Frazier established a franchise record for home runs by a third baseman in 2016 when he blasted 40 in his first season with the White Sox. A free agent after the 2017 season, Frazier hit .225/.302/.464 in 666 plate appearances, drove in a career high 98 runs and produced 2.4 Wins Above Replacement, according to fangraphs.com. 

Starting pitcher Miguel Gonzalez is set to earn $5.9 million this season. The team also agreed to deals with relievers Dan Jennings ($1.4 million), Zach Putnam ($1.1175 million) and Jake Petricka ($825,000).

The White Sox acquired Frazier in a three-player trade from the Cincinnati Reds in December 2015. It's expected they would try to trade Frazier, who has hit 104 homers since 2014 and participated in the All-Star Game Home Run Derby three consecutive years, before the Aug 1 non-waiver trade deadline as part of the club's rebuilding efforts.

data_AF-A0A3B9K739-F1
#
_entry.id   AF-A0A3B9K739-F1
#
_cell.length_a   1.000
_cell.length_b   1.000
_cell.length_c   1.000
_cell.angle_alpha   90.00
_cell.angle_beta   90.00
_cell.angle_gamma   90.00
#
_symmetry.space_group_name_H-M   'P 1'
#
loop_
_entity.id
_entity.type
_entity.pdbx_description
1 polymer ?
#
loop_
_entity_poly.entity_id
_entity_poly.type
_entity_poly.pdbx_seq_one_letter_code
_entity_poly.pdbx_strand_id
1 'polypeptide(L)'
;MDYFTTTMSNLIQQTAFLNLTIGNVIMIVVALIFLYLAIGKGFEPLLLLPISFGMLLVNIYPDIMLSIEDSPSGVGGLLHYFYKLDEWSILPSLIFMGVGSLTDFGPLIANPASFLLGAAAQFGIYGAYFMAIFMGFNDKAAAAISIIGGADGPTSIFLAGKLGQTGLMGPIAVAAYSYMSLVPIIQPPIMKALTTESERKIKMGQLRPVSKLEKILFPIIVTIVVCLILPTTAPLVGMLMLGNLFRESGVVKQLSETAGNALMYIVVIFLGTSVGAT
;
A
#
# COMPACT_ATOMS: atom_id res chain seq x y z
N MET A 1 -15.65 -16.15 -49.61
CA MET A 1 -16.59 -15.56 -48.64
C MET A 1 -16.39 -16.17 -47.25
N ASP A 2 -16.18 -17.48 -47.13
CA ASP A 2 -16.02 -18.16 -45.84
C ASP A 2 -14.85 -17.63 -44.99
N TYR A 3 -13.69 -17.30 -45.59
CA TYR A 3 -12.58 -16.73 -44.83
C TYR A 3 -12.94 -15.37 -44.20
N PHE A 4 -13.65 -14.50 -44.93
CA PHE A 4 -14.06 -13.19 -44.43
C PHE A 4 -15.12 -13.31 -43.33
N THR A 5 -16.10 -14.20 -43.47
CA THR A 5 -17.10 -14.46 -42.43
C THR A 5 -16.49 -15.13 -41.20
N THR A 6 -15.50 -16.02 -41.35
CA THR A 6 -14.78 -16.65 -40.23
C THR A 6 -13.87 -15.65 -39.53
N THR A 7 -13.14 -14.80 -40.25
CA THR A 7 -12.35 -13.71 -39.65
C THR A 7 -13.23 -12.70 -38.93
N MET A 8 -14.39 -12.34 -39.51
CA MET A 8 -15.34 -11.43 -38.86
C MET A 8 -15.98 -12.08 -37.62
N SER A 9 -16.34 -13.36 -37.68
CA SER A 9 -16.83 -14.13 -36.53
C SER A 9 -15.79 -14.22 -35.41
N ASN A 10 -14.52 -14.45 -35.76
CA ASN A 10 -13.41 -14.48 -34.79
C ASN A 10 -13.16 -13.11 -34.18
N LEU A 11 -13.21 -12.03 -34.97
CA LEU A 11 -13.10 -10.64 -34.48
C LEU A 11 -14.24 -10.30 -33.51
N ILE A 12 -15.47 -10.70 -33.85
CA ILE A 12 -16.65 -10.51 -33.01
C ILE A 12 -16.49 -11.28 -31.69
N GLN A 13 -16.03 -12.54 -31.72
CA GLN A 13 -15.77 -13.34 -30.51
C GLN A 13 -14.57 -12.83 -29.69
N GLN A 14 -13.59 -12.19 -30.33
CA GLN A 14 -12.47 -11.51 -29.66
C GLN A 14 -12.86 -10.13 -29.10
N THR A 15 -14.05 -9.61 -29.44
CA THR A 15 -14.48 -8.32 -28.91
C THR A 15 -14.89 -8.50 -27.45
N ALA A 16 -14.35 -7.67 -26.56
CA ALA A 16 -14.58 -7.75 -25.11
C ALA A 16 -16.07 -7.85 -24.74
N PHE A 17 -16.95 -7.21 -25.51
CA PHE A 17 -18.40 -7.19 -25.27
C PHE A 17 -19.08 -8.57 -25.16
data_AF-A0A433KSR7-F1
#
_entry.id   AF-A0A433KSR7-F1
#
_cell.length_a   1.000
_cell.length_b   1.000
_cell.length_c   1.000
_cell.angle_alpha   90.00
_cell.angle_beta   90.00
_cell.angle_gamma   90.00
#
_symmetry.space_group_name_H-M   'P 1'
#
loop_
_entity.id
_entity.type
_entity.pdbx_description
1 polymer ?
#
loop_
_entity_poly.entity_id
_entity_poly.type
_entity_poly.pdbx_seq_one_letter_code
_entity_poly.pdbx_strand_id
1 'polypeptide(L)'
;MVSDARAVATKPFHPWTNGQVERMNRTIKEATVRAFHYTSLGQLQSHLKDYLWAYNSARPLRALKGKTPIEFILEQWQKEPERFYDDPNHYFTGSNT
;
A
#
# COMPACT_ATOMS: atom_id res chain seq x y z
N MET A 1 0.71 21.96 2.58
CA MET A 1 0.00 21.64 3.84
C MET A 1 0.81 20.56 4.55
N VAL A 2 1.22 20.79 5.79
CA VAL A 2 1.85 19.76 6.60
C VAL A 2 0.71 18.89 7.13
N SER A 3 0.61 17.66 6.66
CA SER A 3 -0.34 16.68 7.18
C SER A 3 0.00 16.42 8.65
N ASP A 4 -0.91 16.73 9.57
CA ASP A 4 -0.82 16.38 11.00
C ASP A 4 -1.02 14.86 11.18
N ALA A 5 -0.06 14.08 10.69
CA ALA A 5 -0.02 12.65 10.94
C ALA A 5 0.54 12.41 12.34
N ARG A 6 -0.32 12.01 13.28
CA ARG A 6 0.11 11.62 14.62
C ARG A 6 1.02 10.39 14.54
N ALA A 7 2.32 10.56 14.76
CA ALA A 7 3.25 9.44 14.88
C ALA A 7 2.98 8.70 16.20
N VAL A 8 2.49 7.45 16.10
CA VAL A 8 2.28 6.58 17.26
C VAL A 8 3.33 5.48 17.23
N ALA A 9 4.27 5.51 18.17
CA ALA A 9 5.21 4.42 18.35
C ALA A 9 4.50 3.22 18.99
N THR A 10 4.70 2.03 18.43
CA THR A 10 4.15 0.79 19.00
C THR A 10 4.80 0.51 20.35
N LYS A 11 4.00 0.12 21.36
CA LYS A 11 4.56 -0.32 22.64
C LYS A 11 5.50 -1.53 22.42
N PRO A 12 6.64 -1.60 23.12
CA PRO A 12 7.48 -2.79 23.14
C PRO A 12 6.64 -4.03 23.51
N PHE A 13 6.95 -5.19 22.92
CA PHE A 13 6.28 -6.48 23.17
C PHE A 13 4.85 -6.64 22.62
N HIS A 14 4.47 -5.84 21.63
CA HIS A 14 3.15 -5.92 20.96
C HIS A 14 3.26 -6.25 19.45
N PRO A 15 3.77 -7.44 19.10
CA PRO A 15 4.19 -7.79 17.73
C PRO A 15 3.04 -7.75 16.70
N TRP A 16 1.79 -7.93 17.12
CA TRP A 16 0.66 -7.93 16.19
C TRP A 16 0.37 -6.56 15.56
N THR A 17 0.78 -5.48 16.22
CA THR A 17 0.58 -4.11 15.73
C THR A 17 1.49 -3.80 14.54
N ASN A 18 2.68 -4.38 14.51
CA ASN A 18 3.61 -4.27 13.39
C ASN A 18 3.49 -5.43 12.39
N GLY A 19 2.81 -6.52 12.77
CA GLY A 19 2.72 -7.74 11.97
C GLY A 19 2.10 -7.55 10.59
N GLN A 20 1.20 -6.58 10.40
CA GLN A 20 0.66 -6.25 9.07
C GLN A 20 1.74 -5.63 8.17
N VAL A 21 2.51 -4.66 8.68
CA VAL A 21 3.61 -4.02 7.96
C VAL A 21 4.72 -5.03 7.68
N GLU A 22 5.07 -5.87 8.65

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Gonzalez went 5-8 with a 3.73 ERA in 24 games (23 starts) after he was signed to a minor-league deal in early April. 

Jennings posted a 2.08 ERA in 60 2/3 innings. 

Putnam had a 2.30 ERA in 27 1/3 innings with 30 strikeouts before he had surgery to remove bone chips from his right elbow. 

Petricka was limited to nine appearances before his season was ended by hip surgery.

Both Petricka and Putnam are expected to be ready for spring training.

Top White Sox prospect Yoan Moncada impresses club at minicamp

Top White Sox prospect Yoan Moncada impresses club at minicamp

It was a limited look, but Yoan Moncada made a strong first impression on the White Sox this week.